State Politics

Otter mum on whether he’s being considered for Trump’s cabinet

Otter on Cabinet talk, Castro's death

Gov. Butch Otter wouldn't comment on whether he's being considered for a cabinet appointment in the Trump administration. He did address the death of Fidel Castro, whom he met four times on trade missions to Cuba.
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Gov. Butch Otter wouldn't comment on whether he's being considered for a cabinet appointment in the Trump administration. He did address the death of Fidel Castro, whom he met four times on trade missions to Cuba.

Gov. Butch Otter declined comment Wednesday on whether he’s had discussions on becoming President-elect Donald Trump’s interior secretary, as speculation on potential nominees for the post seemed to shift away from Idaho’s top elected official.

“That’s all in flux,” the governor said, before making remarks to the annual Associated Taxpayers of Idaho conference. The governor said an unnamed “media type” had asked “would you answer the phone if the president called? And I said, ‘Oh yes, but you need to know I’ve been calling him.’ ”

Otter was in Washington, D.C., this week on government business related to ongoing discussions on federal efforts to protect the sage grouse. The National Defense Authorization Act, the annual defense bill, is held up in Congress over a provision in the bill that seeks to block implementation of the government’s management plan for the bird.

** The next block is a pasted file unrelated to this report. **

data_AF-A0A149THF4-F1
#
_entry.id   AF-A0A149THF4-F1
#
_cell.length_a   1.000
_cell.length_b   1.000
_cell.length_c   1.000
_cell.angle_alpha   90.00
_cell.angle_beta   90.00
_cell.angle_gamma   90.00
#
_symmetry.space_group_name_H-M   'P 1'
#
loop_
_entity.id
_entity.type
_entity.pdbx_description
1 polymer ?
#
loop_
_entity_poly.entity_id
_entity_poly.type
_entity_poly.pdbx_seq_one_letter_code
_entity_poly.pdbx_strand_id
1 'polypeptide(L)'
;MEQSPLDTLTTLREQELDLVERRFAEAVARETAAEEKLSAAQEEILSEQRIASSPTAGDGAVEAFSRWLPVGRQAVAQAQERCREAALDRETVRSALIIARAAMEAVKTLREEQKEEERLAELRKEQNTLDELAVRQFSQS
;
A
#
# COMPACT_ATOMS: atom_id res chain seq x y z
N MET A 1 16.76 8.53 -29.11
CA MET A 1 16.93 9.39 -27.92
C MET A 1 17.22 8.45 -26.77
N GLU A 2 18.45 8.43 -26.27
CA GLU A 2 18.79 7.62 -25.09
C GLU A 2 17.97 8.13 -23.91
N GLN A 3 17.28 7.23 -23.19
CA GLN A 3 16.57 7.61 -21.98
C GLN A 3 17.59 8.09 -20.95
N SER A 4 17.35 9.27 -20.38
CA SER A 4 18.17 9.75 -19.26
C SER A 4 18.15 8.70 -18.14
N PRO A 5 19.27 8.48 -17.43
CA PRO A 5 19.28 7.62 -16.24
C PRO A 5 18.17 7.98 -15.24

Otter said he had spoken to Vice President-elect Mike Pence after Pence was named to head Trump’s transition team. Otter and Pence were freshmen colleagues in Congress in 2001. He declined to describe what they spoke about.

Otter was mentioned in a Nov. 21 Reuters report as possible candidate for the Interior post. More recent reports have listed Oklahoma Gov. Mary Fallin and Washington Rep. Cathy McMorris Rodgers as leading contenders.

Addressing the taxpayer group’s conference in what is considered a preview of the governor’s state of the state address that opens the legislative session, Otter said he remained committed to funding support for education. The state is entering the third year of a $350 million five-year plan to boost teachers salaries.

“I’m not taking my focus off education,” Otter said.

Although state unemployment is at 3.8 percent – a rate that in many quarters reflects near full employment – Otter said the state needs to do more for the 22,000 people who are out of work. And it’s not necessarily for lack of jobs, but for qualified labor.

“I can't drive down the street, even in Star, Idaho, my hometown, without seeing a ‘Help Wanted’ sign,” Otter said.

The governor said the state was running $100 million ahead of budget through the first four months of the fiscal year and that Idaho’s economy was growing at a stable rate.

“But in order to keep that, we’ve gotta be able to put those 22,000 people to work.,” he said. “We’ve got to give them as much hope as we have given the educational institutions in the state of Idaho with the five-year (funding) plan.”

Bill Dentzer: 208-377-6438, @IDSBillD

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